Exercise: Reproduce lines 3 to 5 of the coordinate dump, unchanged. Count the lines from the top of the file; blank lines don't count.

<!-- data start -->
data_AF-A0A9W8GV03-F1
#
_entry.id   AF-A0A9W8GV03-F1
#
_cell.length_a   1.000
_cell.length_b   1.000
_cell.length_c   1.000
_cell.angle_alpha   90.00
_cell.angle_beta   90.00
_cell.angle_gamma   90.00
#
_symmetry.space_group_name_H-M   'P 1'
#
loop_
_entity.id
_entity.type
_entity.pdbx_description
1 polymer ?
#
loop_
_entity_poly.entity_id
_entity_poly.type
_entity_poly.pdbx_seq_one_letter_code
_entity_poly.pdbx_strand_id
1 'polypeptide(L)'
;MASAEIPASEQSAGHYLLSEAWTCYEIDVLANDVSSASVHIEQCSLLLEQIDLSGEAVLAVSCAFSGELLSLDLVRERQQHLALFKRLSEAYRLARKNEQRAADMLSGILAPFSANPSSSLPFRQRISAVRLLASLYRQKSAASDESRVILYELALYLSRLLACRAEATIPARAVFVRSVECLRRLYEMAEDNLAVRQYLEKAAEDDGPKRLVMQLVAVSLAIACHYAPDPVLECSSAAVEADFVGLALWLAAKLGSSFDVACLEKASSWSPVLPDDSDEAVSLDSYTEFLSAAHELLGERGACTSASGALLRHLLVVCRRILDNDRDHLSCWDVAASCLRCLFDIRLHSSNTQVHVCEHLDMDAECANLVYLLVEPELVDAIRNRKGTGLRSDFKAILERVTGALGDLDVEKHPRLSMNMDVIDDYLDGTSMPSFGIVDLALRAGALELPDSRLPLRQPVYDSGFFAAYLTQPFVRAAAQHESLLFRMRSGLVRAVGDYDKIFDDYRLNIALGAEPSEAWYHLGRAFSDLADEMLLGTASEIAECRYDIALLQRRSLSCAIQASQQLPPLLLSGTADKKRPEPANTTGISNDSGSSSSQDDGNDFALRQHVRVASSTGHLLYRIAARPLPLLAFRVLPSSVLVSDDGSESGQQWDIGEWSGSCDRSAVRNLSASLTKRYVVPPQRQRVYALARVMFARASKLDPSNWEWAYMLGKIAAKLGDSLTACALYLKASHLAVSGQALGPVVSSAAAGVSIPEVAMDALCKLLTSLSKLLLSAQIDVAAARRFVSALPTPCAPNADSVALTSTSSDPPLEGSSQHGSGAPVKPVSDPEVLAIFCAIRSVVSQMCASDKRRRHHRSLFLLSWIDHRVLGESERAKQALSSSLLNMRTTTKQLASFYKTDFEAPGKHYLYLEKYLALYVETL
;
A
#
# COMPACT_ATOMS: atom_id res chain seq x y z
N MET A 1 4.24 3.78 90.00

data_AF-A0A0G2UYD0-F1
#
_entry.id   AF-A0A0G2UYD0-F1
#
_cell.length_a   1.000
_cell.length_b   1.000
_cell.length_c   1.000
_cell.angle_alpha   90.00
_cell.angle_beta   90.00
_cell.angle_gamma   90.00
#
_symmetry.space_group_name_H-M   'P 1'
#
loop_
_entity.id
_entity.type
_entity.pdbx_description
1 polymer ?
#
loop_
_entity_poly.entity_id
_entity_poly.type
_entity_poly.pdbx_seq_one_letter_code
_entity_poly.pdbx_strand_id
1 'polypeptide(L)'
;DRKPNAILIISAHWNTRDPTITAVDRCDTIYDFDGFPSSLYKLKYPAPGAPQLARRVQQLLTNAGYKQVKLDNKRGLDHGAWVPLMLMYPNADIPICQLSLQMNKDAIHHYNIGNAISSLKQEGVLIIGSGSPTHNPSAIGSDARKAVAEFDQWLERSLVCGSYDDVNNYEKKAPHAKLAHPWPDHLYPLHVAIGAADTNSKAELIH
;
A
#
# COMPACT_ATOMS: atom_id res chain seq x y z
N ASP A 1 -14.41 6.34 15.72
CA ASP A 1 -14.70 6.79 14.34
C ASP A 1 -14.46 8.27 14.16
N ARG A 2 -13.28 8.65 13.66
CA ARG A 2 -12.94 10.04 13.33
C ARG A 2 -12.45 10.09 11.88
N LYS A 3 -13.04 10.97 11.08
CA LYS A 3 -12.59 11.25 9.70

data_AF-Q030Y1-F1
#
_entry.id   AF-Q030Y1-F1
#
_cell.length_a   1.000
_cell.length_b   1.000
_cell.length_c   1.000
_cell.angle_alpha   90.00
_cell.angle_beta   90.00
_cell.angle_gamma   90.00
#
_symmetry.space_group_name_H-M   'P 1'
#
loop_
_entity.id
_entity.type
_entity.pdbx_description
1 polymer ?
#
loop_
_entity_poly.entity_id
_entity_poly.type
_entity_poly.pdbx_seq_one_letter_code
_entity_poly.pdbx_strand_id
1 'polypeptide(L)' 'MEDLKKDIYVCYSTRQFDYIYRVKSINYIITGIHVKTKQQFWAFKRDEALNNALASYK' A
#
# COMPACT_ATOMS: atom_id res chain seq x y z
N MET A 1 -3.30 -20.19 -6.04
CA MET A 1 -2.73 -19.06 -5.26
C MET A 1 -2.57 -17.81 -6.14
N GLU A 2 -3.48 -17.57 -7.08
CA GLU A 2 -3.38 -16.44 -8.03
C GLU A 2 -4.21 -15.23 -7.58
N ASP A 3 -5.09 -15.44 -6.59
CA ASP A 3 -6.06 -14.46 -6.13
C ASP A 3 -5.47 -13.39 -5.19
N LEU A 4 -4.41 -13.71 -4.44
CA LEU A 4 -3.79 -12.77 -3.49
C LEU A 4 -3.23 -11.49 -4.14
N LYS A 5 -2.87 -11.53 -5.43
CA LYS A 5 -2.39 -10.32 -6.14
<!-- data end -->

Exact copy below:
_entry.id   AF-A0A9W8GV03-F1
#
_cell.length_a   1.000